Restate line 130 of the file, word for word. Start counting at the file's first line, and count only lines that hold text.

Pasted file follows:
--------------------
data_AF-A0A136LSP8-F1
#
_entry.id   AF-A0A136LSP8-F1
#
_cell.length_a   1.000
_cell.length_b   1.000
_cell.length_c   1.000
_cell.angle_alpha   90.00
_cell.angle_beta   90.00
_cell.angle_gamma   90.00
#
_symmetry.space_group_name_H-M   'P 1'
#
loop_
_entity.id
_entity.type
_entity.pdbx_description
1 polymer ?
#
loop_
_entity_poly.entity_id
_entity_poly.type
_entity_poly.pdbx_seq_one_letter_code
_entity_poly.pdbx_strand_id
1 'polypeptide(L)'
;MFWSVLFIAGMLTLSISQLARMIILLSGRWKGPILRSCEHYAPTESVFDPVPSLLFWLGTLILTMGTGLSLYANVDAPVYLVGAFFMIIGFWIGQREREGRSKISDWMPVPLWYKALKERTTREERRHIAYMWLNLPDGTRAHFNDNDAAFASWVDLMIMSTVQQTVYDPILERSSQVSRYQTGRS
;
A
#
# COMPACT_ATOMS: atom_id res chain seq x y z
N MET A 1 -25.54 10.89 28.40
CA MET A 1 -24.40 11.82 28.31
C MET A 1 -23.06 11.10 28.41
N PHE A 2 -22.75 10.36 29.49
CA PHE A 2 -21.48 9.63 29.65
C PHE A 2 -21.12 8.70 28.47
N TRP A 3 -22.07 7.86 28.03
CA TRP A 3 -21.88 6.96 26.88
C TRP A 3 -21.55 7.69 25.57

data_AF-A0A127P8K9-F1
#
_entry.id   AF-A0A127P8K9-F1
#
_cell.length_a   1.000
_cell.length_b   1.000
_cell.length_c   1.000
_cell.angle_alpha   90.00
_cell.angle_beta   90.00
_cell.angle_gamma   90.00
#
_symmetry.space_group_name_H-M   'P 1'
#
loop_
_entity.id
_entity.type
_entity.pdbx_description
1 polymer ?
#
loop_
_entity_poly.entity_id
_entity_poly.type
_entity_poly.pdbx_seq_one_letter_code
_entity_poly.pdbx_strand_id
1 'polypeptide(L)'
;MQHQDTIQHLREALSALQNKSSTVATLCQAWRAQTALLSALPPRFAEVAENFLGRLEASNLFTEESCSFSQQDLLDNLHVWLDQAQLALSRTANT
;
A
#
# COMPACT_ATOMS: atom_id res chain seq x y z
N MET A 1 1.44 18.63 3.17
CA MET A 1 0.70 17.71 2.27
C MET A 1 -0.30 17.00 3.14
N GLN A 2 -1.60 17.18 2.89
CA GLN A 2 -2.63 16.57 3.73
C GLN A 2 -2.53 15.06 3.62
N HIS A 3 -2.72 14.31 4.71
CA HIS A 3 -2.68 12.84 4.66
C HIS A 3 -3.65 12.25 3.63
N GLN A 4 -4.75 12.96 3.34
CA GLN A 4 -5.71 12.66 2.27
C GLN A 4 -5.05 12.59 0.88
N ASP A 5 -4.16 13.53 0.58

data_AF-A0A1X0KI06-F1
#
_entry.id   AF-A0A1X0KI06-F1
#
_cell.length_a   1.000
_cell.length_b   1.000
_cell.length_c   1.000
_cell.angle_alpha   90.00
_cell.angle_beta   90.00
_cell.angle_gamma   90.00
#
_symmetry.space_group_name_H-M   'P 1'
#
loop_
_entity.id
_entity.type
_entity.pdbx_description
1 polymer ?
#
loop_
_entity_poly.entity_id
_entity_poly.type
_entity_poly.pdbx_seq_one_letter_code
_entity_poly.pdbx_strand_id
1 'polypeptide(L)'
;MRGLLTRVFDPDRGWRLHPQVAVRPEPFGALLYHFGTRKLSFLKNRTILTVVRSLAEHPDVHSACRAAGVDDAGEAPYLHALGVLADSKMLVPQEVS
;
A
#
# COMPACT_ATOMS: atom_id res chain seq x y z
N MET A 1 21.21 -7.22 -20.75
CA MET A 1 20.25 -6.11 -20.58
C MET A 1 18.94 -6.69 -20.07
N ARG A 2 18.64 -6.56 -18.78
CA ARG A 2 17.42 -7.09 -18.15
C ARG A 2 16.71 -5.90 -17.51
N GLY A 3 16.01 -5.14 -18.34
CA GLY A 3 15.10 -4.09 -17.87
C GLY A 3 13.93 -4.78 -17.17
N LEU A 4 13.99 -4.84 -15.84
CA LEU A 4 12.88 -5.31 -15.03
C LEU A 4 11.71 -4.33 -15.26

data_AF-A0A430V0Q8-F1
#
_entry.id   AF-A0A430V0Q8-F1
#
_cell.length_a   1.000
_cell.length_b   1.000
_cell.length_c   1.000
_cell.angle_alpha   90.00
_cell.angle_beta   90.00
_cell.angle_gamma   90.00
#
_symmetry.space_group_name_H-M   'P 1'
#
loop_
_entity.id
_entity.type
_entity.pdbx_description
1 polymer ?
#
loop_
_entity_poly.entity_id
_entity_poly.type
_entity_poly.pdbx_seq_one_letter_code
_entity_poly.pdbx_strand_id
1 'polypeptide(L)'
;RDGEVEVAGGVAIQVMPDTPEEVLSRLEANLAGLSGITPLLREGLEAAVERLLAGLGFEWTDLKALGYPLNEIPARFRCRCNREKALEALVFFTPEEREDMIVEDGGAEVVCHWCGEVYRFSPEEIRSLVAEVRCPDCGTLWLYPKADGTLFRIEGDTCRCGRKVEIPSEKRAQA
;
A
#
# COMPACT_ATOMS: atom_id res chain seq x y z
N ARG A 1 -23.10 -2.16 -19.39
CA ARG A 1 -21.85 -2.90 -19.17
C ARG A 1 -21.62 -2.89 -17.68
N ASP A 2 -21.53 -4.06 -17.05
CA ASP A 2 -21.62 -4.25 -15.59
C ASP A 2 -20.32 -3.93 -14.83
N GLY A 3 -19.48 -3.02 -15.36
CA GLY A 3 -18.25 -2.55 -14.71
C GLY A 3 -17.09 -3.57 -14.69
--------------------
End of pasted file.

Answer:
_cell.length_b   1.000